The Book Of The Thousand Nights And A Night, Vol 1 Page-190

The Book Of The Thousand Nights And A Night, Vol 1

A plain and literal translation of the arabian nights entertainments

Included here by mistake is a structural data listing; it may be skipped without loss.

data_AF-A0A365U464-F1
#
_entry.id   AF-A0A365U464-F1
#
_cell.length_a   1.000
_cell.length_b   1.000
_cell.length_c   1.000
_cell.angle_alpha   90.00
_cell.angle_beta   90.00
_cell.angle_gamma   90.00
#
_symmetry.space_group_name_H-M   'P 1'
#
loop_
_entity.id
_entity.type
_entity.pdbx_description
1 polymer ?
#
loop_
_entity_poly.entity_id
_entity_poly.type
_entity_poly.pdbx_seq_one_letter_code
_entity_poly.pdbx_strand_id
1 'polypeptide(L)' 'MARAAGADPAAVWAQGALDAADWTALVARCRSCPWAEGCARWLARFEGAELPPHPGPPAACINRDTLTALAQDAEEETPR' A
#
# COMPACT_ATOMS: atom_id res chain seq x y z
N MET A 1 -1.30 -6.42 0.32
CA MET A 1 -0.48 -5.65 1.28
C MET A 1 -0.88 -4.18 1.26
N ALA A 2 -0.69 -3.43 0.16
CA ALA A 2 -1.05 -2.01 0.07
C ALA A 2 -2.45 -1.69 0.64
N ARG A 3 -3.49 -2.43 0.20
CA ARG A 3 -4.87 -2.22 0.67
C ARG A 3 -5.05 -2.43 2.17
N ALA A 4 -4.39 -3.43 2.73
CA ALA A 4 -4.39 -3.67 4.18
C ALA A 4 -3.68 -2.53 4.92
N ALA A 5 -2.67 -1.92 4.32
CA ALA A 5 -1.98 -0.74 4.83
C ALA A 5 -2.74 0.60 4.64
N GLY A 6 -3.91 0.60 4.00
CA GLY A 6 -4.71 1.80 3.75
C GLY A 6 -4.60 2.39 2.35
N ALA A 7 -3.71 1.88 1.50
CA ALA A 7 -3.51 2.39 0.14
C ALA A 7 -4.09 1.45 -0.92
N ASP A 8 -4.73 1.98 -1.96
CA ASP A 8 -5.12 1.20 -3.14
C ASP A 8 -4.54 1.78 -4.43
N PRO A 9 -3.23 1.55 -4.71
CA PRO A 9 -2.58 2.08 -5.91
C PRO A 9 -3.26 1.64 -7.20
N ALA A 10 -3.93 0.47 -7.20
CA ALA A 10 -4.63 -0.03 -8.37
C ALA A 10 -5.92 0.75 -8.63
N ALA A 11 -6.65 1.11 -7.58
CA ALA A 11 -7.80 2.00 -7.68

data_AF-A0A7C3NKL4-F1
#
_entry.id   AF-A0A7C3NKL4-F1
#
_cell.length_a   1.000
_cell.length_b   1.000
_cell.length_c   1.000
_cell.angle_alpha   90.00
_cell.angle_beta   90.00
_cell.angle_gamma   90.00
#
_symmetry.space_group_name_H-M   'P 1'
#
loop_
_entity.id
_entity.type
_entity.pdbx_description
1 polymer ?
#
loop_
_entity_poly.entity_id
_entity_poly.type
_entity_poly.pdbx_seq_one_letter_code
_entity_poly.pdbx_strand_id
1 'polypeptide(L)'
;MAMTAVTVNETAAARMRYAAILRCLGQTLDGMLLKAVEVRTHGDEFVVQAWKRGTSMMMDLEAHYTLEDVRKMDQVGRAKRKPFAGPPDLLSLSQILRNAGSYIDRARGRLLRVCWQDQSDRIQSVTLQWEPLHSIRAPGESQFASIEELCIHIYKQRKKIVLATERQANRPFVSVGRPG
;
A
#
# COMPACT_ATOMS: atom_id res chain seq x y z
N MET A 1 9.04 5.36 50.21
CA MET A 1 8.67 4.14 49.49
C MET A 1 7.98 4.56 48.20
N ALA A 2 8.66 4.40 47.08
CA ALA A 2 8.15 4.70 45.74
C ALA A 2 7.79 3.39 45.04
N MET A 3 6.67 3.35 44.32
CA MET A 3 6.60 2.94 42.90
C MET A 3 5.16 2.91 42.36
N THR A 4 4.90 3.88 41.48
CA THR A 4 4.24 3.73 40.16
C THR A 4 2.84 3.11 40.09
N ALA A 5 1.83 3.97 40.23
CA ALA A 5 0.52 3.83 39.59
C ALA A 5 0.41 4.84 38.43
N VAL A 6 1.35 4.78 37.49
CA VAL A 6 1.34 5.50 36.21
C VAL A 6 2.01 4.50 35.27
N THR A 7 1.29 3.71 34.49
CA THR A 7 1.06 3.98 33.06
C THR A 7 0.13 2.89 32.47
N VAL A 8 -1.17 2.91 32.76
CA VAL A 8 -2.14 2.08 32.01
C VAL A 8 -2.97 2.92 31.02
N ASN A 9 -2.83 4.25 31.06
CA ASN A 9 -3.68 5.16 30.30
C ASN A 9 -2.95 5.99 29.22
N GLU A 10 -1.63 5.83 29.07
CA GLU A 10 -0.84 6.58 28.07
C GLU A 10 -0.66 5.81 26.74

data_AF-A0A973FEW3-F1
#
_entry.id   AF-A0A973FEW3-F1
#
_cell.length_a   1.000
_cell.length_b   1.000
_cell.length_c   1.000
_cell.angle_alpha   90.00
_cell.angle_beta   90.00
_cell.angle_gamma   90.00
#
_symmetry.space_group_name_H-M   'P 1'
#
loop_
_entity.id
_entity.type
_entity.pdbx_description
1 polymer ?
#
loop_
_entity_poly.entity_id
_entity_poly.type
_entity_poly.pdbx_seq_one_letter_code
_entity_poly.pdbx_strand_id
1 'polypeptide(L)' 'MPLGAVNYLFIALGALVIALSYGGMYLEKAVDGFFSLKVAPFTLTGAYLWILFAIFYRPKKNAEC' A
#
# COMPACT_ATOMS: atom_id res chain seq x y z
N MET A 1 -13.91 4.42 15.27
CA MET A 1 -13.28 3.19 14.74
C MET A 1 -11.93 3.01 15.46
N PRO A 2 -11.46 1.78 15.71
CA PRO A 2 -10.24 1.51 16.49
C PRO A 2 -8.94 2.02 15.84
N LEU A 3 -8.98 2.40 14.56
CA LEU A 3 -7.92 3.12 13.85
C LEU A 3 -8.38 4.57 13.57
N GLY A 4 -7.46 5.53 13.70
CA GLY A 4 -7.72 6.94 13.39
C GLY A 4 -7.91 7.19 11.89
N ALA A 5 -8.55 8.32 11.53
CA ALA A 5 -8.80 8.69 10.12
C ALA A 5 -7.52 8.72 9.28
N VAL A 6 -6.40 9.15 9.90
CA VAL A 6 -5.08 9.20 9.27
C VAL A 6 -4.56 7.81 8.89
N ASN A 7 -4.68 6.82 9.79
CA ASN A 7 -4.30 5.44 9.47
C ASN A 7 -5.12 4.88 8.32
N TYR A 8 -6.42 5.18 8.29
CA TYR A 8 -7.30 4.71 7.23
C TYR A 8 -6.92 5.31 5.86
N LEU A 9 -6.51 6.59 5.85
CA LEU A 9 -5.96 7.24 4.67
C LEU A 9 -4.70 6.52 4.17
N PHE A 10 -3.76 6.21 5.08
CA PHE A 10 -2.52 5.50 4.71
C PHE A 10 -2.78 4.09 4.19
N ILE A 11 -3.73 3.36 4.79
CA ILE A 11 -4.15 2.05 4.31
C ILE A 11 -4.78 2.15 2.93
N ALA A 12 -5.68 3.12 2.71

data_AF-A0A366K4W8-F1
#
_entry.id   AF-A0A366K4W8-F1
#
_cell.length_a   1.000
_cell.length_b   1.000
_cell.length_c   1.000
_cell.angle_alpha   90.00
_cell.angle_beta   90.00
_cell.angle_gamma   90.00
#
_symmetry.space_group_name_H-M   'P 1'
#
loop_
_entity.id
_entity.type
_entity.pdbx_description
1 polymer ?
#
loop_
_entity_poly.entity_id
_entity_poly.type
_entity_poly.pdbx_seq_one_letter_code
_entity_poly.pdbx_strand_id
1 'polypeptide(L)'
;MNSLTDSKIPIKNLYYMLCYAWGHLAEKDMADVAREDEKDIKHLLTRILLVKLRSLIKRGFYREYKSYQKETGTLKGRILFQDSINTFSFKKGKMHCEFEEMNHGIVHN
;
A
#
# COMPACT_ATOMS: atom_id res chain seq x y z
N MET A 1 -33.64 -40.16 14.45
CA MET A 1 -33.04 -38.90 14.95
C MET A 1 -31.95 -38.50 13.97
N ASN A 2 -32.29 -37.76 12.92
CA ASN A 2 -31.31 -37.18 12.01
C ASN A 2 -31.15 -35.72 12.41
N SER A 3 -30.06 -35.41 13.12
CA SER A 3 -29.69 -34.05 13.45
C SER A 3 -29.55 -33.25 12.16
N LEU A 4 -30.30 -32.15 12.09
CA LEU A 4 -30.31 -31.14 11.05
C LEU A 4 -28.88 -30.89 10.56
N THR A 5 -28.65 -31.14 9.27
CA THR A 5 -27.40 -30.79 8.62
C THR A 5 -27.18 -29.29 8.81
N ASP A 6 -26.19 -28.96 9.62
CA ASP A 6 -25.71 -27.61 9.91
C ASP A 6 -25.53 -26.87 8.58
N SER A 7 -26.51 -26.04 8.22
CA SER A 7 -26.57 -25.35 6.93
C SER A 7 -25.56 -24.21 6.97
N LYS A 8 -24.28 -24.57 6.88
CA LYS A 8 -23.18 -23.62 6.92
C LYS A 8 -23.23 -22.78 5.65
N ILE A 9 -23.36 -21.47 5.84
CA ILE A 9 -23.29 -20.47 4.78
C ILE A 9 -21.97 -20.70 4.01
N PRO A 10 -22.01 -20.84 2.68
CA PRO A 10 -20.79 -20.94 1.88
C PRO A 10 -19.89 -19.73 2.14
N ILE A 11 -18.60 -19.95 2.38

Mohammed. — Quoth the Caliph, “Out with it; but what can be stranger than this story?” And Ja’afar answered, “O Commander of the Faithful, I will not tell it thee, save on condition that thou pardon my slave;” and the Caliph rejoined, “If it be indeed more wondrous than that of the three apples, I grant thee his blood, and if not I will surely slay thy slave.” So Ja’afar began in these words the TALE OF NUR AL-DIN AND HIS SON. Know, O Commander of the Faithful, that in times of yore the land of Egypt was ruled by a Sultan endowed with justice and generosity, one who loved the pious poor and companied with the Olema and learned men; and he had a Wazir, a wise and an experienced, well versed in affairs and in the art of government. This Minister, who was a very old man, had two sons, as they were two moons; never man saw the like of them for beauty and grace, the elder called Shams al￾Din Mohammed and the younger Nur al-Din Ali; but the younger excelled the elder in seemliness and pleasing semblance, so that folk heard his fame in far countries and men flocked to Egypt for the purpose of seeing him. In course of time their father, the Wazir, died and was deeply regretted and mourned by the Sultan, who sent for his two sons and, investing them with dresses of honour, [FN#363] said to them, “Let not your hearts be troubled, for ye shall stand in your father’s stead and be joint Ministers of Egypt.” At this they rejoiced and kissed the ground before him and performed the ceremonial mourning [FN#364] for their father during a full month; after which time they entered upon the Wazirate, and the power passed into their hands as it had been in the hands of their father, each doing duty for a week at a time. They lived under the same roof and their word was one; and whenever the Sultan desired to travel they took it by turns to be in attendance on him. It fortuned one night that the Sultan purposed setting out on a journey next morning, and the elder, whose turn it was to accompany him, was sitting conversing with his brother and said to him, “O my brother, it is my wish that we both marry, I and thou, two sisters; and go in to our wives on one and the same night.” “Do, O my brother, as thou desirest,”